The Commission has regularly held that a unilateral change in terms and conditions of employment during negotiations for a successor agreement has a chilling effect on those negotiations and, therefore, constitutes irreparable harm. City of East Orange, 32 NJPER at 356. Since the County unilaterally changed the work schedule during negotiations, it = s continued operation with the changed hours will irreparably harm the negotiations process.
In considering the public interest and the relative harm to the parties, I find that the harm to the County - overtime cost - is outweighed by the unilateral work hour disruption to the employees and the need for labor relations stability in the work place that is normally achieved by adhering to negotiated collective agreements.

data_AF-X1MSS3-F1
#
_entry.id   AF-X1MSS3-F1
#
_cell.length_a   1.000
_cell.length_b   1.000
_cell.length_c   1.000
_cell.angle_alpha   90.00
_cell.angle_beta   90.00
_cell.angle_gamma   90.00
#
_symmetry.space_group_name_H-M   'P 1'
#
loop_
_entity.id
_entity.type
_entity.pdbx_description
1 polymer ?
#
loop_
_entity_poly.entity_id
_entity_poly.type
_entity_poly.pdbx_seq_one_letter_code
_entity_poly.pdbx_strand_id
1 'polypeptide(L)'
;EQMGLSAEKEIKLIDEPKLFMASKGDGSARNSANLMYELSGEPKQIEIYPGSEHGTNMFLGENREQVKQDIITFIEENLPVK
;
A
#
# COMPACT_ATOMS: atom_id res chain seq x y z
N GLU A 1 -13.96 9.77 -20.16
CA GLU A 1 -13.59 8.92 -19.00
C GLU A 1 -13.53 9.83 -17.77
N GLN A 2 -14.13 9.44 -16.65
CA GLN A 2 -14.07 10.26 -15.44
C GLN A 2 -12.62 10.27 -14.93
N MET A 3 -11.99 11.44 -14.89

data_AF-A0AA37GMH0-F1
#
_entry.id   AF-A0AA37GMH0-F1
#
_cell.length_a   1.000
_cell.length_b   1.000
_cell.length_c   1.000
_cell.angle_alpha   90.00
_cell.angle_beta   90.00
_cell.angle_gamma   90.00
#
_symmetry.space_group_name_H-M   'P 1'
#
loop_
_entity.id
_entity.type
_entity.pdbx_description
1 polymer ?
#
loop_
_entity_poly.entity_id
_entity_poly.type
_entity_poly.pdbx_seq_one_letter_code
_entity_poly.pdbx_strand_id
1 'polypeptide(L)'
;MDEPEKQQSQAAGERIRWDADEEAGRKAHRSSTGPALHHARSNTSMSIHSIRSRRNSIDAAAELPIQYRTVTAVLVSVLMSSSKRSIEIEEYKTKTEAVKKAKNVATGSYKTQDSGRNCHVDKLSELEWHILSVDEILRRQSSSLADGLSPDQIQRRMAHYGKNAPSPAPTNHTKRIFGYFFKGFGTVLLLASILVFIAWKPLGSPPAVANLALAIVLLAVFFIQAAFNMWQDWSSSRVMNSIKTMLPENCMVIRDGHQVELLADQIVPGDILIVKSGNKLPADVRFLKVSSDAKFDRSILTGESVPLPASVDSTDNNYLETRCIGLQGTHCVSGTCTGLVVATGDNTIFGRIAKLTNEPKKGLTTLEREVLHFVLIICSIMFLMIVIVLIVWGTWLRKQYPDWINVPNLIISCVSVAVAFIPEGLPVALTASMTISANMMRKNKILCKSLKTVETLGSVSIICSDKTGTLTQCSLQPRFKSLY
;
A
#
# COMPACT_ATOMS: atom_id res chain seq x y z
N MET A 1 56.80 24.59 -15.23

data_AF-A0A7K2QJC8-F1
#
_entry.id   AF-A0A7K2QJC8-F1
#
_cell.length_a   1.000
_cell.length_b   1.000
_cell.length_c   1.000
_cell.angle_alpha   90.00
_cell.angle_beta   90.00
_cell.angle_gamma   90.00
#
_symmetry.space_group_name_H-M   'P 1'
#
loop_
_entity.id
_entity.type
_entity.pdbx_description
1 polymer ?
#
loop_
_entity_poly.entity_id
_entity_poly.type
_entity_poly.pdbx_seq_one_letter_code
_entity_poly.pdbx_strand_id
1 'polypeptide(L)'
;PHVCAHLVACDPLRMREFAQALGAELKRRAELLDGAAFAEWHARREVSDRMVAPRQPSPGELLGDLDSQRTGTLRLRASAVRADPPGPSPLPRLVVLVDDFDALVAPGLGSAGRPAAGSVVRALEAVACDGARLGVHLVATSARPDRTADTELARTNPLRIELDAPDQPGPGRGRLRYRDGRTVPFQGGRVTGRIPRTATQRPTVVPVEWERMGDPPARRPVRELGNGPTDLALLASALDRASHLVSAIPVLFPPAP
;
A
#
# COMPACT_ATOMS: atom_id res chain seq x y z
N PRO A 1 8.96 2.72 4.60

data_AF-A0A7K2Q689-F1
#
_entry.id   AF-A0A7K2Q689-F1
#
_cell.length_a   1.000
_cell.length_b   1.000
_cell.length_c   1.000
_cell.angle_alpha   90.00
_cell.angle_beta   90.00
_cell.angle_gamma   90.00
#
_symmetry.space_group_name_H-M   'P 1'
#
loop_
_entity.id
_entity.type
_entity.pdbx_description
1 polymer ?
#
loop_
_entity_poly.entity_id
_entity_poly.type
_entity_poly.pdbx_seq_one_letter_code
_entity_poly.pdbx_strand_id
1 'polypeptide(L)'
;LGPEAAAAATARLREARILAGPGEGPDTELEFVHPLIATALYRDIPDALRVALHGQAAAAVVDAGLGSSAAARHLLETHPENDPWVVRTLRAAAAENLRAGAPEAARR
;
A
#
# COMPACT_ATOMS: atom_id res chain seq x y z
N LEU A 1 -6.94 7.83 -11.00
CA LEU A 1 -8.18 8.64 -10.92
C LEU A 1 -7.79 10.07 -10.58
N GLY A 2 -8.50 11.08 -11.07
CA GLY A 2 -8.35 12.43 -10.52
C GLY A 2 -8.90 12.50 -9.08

Accordingly, I find that Council 10 is entitled to an order restraining the County from unilaterally creating and continuing alternate work schedules, and an order reinstating the regular 7 a.m. - 3:30 p.m. schedules. The County has the right to decide whether to use overtime. When unit employees work overtime, they shall be compensated in accordance with Article IV of the parties = agreement.
ORDER
Consistent with the above decision, the City is ORDERED to:
1. Restore the 7 a.m. - 3:30 p.m. regular work hours for Parks Department employees.
2. Compensate unit members in accordance with Article IV when they work overtime.
3. Negotiate with Council 10 over any intent to create alternative work schedules.
4. Refrain from dealing directly with employees regarding the creation of alternative work schedules.2/

____________________________